By Bishop Todd Townshend
We are only part way through this challenging season of COVID-19 but I thought it may help to quickly summarize where we’ve been and what may be in store over the months to come.
The transmission of this potentially deadly virus is mostly determined by human behaviour and I am grateful to God for the leadership and example shown in the people of our churches. We have all the resources we need to practice Christian charity (love of neighbour) in this time. God has been good to us, even in the midst of trouble. Here are some of the “moments” that shaped our response as a diocese.
On March 13, in consultation with the bishops of our province and in order to help keep vulnerable people safe, I ordered the temporary suspension of all public worship services, effective Sunday, March 15. Remarkably, with such short notice, clergy and lay leaders responded with alternatives and resources to support worship in our homes, and loving mutual care increased exponentially, and in new ways, over the weeks to come. The hope at the time was that we could reassess this by April 8, with Easter approaching.
The next day, video messages from the bishop began and continued weekly.
On March 24, we extended the suspension of gatherings for worship through the season of Easter. Here, we were encouraged to “feast on the Word” of God in our homes and resources for Holy Week and Easter were provided both electronically and by mail/delivery. A wonderful diocesan-wide Easter liturgy was created by people from around Huron for viewing on Easter Sunday morning.
Throughout this time as many as three communications per week came from the diocesan Church House staff with support and guidance for clergy, wardens, lay delegates, treasurers and others.
On May 2, I summarized the current situation by noting that, “we’re staying at home for a while longer. Your diocesan leaders and team are working away co-ordinating spiritual, physical, and financial helps for congregations, and a plan for ‘meeting together again’ that will be linked to the phased approach that the government of Ontario has sketched out. So, we are sketching it out too, and giving detail to several potential options. However, it looks like we’re not ready to wade into those waters yet, in Ontario.”
Through this time, I have felt the extraordinary love and support of those who serve with me and of those who are “at a distance”. You have a new bishop and, as usual, the Holy Spirit has surrounded the episcopal ministry with many people who competently lead it and share it—people with long experience, well-honed expertise, and deep wisdom. I am very grateful.
This is extra important because Synod will not be able to meet in May (we are planning for a day in September, it is hoped) and Diocesan Council is also too numerous to gather in person. (Thankfully, the sub-committee of Diocesan Council has been able to meet electronically for some business.) Therefore, I wanted to communicate with you about the adaptations for governance and leadership that have been temporarily made and to summarize some of the actions and strategies that are being used.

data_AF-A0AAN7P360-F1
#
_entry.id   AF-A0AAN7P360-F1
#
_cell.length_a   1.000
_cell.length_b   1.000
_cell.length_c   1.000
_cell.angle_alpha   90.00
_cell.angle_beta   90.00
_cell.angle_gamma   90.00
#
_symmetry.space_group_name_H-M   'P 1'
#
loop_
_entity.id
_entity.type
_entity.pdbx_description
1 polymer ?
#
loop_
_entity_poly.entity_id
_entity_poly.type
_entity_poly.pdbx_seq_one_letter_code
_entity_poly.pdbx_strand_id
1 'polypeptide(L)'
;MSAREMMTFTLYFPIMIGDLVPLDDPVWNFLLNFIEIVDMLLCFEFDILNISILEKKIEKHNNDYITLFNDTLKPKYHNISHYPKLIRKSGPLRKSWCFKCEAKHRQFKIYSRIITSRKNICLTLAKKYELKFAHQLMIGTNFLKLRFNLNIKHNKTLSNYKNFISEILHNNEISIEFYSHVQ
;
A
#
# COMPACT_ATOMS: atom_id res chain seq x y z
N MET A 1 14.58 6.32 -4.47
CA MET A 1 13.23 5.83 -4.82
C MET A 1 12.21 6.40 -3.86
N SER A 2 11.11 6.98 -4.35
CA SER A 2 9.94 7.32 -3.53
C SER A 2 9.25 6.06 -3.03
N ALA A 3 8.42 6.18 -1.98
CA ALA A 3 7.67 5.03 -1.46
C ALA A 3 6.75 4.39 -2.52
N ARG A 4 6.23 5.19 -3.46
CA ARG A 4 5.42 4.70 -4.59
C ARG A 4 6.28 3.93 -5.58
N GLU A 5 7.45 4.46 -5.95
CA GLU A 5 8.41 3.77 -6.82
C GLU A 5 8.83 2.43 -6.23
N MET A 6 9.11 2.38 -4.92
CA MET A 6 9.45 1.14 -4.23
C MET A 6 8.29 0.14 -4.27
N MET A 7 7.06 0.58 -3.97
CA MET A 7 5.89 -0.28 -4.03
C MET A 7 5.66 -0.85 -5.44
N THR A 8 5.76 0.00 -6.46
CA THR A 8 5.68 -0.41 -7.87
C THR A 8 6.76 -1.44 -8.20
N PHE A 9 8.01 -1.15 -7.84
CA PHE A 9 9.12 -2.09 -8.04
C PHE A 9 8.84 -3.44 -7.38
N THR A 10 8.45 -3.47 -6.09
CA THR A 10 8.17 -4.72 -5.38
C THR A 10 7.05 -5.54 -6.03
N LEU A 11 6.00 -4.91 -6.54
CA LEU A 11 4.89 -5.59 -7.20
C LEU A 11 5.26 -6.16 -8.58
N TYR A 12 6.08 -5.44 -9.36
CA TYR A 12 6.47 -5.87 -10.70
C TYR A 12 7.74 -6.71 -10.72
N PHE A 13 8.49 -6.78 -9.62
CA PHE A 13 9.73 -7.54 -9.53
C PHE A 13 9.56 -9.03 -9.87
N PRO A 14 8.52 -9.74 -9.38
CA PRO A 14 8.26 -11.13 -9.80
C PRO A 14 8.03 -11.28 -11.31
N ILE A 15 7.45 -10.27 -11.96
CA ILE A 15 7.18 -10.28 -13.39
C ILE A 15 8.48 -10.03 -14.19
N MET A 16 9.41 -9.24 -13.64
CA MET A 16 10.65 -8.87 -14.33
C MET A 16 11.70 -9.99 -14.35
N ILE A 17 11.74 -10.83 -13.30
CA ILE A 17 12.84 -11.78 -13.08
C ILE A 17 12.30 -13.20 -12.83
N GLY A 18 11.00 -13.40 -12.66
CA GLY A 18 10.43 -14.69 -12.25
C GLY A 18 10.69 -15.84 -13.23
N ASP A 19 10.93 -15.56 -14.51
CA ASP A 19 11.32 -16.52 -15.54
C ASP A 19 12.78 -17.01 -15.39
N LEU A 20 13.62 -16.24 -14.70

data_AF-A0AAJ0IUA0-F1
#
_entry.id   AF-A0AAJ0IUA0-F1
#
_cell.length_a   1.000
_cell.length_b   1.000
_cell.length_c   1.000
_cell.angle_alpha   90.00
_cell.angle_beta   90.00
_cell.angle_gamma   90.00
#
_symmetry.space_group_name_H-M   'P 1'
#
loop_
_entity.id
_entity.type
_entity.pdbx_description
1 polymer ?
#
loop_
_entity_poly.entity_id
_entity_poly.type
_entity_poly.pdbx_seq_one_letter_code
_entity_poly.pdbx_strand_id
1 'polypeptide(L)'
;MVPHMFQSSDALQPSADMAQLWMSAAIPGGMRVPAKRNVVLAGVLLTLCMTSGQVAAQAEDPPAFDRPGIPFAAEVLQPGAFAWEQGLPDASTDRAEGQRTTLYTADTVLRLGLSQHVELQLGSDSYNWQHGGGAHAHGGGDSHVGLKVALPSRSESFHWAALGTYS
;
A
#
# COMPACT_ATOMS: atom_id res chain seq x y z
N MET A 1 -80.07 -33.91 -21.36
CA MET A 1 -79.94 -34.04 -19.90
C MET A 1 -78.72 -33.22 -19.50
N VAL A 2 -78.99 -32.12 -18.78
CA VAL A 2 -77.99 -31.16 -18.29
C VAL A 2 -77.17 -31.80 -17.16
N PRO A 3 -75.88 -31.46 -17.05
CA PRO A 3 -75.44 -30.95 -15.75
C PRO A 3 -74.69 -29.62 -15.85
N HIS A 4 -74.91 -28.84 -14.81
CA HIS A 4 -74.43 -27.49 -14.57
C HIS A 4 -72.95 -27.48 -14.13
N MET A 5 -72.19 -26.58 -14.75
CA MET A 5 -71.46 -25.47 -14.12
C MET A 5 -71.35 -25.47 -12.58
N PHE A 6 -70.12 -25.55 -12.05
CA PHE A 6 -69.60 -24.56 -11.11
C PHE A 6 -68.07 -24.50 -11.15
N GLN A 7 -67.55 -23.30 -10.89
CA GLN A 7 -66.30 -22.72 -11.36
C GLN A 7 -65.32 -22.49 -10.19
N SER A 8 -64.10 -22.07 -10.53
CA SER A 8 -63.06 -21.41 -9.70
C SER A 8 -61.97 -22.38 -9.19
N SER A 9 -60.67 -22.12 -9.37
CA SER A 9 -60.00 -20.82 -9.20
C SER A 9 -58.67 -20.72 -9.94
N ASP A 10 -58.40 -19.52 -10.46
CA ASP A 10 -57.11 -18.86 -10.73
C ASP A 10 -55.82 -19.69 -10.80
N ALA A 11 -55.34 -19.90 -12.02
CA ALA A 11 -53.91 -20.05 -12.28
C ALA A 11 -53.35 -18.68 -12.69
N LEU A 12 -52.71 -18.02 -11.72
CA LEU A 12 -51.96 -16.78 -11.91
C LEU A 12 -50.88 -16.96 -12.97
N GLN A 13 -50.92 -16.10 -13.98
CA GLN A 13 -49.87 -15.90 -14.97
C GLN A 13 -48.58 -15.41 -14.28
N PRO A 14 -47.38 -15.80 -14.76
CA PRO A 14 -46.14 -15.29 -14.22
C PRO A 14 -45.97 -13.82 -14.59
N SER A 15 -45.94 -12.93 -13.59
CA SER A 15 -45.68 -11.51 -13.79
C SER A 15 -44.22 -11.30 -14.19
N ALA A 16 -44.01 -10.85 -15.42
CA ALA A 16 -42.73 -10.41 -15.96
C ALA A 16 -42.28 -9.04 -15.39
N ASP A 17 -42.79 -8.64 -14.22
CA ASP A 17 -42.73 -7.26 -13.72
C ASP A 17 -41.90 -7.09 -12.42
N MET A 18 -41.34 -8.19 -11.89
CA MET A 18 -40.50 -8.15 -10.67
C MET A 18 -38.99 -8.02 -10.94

Waiting for the doors to open: St. Paul's Cathedral, London, Ontario
Day to day diocesan work is overseen by the bishop with a small executive staff consisting of the Dean of Huron (Paul+ Millward), the Archdeacon of Huron (Tanya+ Phibbs) and the Secretary-Treasurer (Canon Paul Rathbone). The staff of Church House has quickly and ably moved their work to their homes and virtually all of the services remain intact. I thank them all.
Our diocese is blessed with eight “territorial” archdeacons (and two non-territorial archdeacons) who brilliantly carry out leadership in each region on top of their service in a parish or congregation. These are the people who really know how people are doing and they are in direct contact with each community through regional deans, Incumbents, and lay parish leaders. Regular meetings with archdeacons (as a group and one-on-one with me) has been invaluable two-way communication.
It has also been invaluable for me to have a few conversations each day with regional deans and lay co-chairs, clergy, diocesan chancellors, and many other wise and able leaders and servants across the diocese.
The effect of this pandemic will continue for a long time. The strategy for mutual support in our diocese is different from some of our neighbouring dioceses but I am convinced that it’s the right one for us. Basically, we are investing in one another on a case by case basis for the sake of the long-term health of our Anglican network in southwestern Ontario. Especially when it comes to financial support, this means that the resources of the diocese of Huron will be made available to the greatest extent possible over the next six to eighteen months. Some dioceses have decided to give immediate support in a large measure over the short term (ie. two months) in order to relieve strain and worry.
While Huron is healthy financially, we are not rich, so our plan is to help people and communities as the need arises. Some congregations will be suffering now, and we will help them now. Some congregations may start to feel it later in the fall or early next year, and we will be able help those communities then. This strategy, and other responses, continue to be open for discussion—especially as our formal decision-making bodies are allowed to gather.
We don’t know much about the what the immediate future will hold but it seems like this pandemic will hurt many vulnerable people and it will accelerate change—for good and for ill. In communion with God and the rest of the Anglicans across the province, country, and world, we will get through this together! May the peace of Christ be with you.